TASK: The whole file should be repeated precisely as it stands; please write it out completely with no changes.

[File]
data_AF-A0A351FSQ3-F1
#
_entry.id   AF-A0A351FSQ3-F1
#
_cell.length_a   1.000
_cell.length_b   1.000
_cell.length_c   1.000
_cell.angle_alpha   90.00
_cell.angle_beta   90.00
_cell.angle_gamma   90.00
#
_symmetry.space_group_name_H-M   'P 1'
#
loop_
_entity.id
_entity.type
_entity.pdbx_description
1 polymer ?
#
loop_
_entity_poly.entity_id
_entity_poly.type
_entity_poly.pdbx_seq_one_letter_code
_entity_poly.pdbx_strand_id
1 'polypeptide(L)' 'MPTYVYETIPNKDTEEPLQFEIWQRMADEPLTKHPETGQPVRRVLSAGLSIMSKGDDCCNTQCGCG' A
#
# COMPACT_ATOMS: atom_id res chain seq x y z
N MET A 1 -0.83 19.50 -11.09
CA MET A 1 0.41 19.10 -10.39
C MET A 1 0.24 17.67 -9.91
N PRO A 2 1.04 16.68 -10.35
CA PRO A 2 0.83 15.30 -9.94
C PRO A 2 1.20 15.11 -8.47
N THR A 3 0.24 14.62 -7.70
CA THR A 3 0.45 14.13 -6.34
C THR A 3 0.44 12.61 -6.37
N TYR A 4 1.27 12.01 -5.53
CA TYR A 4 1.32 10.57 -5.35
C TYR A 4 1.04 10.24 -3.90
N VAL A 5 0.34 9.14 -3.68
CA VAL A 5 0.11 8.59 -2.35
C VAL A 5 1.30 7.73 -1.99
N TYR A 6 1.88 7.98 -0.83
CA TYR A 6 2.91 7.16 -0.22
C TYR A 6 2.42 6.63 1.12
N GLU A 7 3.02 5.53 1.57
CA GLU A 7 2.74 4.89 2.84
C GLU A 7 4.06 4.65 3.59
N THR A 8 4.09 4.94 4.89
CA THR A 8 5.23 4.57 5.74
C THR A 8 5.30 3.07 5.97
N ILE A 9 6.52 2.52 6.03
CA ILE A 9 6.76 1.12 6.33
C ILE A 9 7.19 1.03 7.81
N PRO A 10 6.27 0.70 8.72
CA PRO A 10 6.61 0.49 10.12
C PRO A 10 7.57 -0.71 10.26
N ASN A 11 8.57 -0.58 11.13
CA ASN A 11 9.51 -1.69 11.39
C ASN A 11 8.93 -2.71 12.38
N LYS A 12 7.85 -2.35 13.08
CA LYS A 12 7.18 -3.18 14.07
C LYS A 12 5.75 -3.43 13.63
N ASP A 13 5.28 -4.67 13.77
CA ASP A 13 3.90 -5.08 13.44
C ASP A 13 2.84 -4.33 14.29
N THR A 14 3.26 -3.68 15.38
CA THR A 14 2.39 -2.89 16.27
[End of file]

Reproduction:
data_AF-A0A351FSQ3-F1
#
_entry.id   AF-A0A351FSQ3-F1
#
_cell.length_a   1.000
_cell.length_b   1.000
_cell.length_c   1.000
_cell.angle_alpha   90.00
_cell.angle_beta   90.00
_cell.angle_gamma   90.00
#
_symmetry.space_group_name_H-M   'P 1'
#
loop_
_entity.id
_entity.type
_entity.pdbx_description
1 polymer ?
#
loop_
_entity_poly.entity_id
_entity_poly.type
_entity_poly.pdbx_seq_one_letter_code
_entity_poly.pdbx_strand_id
1 'polypeptide(L)' 'MPTYVYETIPNKDTEEPLQFEIWQRMADEPLTKHPETGQPVRRVLSAGLSIMSKGDDCCNTQCGCG' A
#
# COMPACT_ATOMS: atom_id res chain seq x y z
N MET A 1 -0.83 19.50 -11.09
CA MET A 1 0.41 19.10 -10.39
C MET A 1 0.24 17.67 -9.91
N PRO A 2 1.04 16.68 -10.35
CA PRO A 2 0.83 15.30 -9.94
C PRO A 2 1.20 15.11 -8.47
N THR A 3 0.24 14.62 -7.70
CA THR A 3 0.45 14.13 -6.34
C THR A 3 0.44 12.61 -6.37
N TYR A 4 1.27 12.01 -5.53
CA TYR A 4 1.32 10.57 -5.35
C TYR A 4 1.04 10.24 -3.90
N VAL A 5 0.34 9.14 -3.68
CA VAL A 5 0.11 8.59 -2.35
C VAL A 5 1.30 7.73 -1.99
N TYR A 6 1.88 7.98 -0.83
CA TYR A 6 2.91 7.16 -0.22
C TYR A 6 2.42 6.63 1.12
N GLU A 7 3.02 5.53 1.57
CA GLU A 7 2.74 4.89 2.84
C GLU A 7 4.06 4.65 3.59
N THR A 8 4.09 4.94 4.89
CA THR A 8 5.23 4.57 5.74
C THR A 8 5.30 3.07 5.97
N ILE A 9 6.52 2.52 6.03
CA ILE A 9 6.76 1.12 6.33
C ILE A 9 7.19 1.03 7.81
N PRO A 10 6.27 0.70 8.72
CA PRO A 10 6.61 0.49 10.12
C PRO A 10 7.57 -0.71 10.26
N ASN A 11 8.57 -0.58 11.13
CA ASN A 11 9.51 -1.69 11.39
C ASN A 11 8.93 -2.71 12.38
N LYS A 12 7.85 -2.35 13.08
CA LYS A 12 7.18 -3.18 14.07
C LYS A 12 5.75 -3.43 13.63
N ASP A 13 5.28 -4.67 13.77
CA ASP A 13 3.90 -5.08 13.44
C ASP A 13 2.84 -4.33 14.29
N THR A 14 3.26 -3.68 15.38
CA THR A 14 2.39 -2.89 16.27